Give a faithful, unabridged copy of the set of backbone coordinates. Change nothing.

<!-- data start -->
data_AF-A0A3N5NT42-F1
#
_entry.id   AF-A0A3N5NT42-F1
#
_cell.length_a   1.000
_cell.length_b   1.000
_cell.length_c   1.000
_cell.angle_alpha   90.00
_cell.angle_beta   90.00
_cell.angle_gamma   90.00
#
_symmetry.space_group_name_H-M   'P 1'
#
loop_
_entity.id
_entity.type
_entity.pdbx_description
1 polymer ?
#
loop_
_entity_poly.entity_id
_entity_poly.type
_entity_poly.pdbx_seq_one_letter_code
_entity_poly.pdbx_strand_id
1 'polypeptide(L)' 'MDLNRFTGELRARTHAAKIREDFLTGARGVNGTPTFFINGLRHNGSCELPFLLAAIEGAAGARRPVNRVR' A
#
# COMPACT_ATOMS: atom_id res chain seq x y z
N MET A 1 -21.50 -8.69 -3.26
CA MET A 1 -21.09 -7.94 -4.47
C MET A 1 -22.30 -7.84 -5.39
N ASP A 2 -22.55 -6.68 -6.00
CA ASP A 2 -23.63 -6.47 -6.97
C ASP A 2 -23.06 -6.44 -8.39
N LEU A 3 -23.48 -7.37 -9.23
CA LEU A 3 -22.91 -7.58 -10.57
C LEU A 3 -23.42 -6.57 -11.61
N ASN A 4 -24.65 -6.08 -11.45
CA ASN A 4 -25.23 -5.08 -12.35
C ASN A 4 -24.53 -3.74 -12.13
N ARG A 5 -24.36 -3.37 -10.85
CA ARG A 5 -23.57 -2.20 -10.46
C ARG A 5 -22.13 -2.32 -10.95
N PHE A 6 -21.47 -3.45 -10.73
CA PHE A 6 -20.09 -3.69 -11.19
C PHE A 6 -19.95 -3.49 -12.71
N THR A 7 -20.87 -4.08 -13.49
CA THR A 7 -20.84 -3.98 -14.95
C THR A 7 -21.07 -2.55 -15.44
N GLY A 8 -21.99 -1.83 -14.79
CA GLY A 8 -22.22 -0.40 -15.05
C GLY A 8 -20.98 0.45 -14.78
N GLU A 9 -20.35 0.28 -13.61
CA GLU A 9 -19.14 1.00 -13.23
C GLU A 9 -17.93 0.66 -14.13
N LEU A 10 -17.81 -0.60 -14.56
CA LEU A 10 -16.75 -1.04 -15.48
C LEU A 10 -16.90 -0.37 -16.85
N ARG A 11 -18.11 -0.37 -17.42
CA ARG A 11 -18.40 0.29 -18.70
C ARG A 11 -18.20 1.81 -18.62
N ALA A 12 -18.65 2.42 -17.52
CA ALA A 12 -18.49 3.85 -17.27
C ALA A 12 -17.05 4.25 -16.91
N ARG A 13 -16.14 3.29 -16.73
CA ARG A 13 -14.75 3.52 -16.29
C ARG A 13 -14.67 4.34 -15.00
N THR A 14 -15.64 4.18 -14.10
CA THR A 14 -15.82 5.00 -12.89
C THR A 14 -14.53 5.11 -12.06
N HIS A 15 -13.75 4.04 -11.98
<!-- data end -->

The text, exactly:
data_AF-A0A3N5NT42-F1
#
_entry.id   AF-A0A3N5NT42-F1
#
_cell.length_a   1.000
_cell.length_b   1.000
_cell.length_c   1.000
_cell.angle_alpha   90.00
_cell.angle_beta   90.00
_cell.angle_gamma   90.00
#
_symmetry.space_group_name_H-M   'P 1'
#
loop_
_entity.id
_entity.type
_entity.pdbx_description
1 polymer ?
#
loop_
_entity_poly.entity_id
_entity_poly.type
_entity_poly.pdbx_seq_one_letter_code
_entity_poly.pdbx_strand_id
1 'polypeptide(L)' 'MDLNRFTGELRARTHAAKIREDFLTGARGVNGTPTFFINGLRHNGSCELPFLLAAIEGAAGARRPVNRVR' A
#
# COMPACT_ATOMS: atom_id res chain seq x y z
N MET A 1 -21.50 -8.69 -3.26
CA MET A 1 -21.09 -7.94 -4.47
C MET A 1 -22.30 -7.84 -5.39
N ASP A 2 -22.55 -6.68 -6.00
CA ASP A 2 -23.63 -6.47 -6.97
C ASP A 2 -23.06 -6.44 -8.39
N LEU A 3 -23.48 -7.37 -9.23
CA LEU A 3 -22.91 -7.58 -10.57
C LEU A 3 -23.42 -6.57 -11.61
N ASN A 4 -24.65 -6.08 -11.45
CA ASN A 4 -25.23 -5.08 -12.35
C ASN A 4 -24.53 -3.74 -12.13
N ARG A 5 -24.36 -3.37 -10.85
CA ARG A 5 -23.57 -2.20 -10.46
C ARG A 5 -22.13 -2.32 -10.95
N PHE A 6 -21.47 -3.45 -10.73
CA PHE A 6 -20.09 -3.69 -11.19
C PHE A 6 -19.95 -3.49 -12.71
N THR A 7 -20.87 -4.08 -13.49
CA THR A 7 -20.84 -3.98 -14.95
C THR A 7 -21.07 -2.55 -15.44
N GLY A 8 -21.99 -1.83 -14.79
CA GLY A 8 -22.22 -0.40 -15.05
C GLY A 8 -20.98 0.45 -14.78
N GLU A 9 -20.35 0.28 -13.61
CA GLU A 9 -19.14 1.00 -13.23
C GLU A 9 -17.93 0.66 -14.13
N LEU A 10 -17.81 -0.60 -14.56
CA LEU A 10 -16.75 -1.04 -15.48
C LEU A 10 -16.90 -0.37 -16.85
N ARG A 11 -18.11 -0.37 -17.42
CA ARG A 11 -18.40 0.29 -18.70
C ARG A 11 -18.20 1.81 -18.62
N ALA A 12 -18.65 2.42 -17.52
CA ALA A 12 -18.49 3.85 -17.27
C ALA A 12 -17.05 4.25 -16.91
N ARG A 13 -16.14 3.29 -16.73
CA ARG A 13 -14.75 3.52 -16.29
C ARG A 13 -14.67 4.34 -15.00
N THR A 14 -15.64 4.18 -14.10
CA THR A 14 -15.82 5.00 -12.89
C THR A 14 -14.53 5.11 -12.06
N HIS A 15 -13.75 4.04 -11.98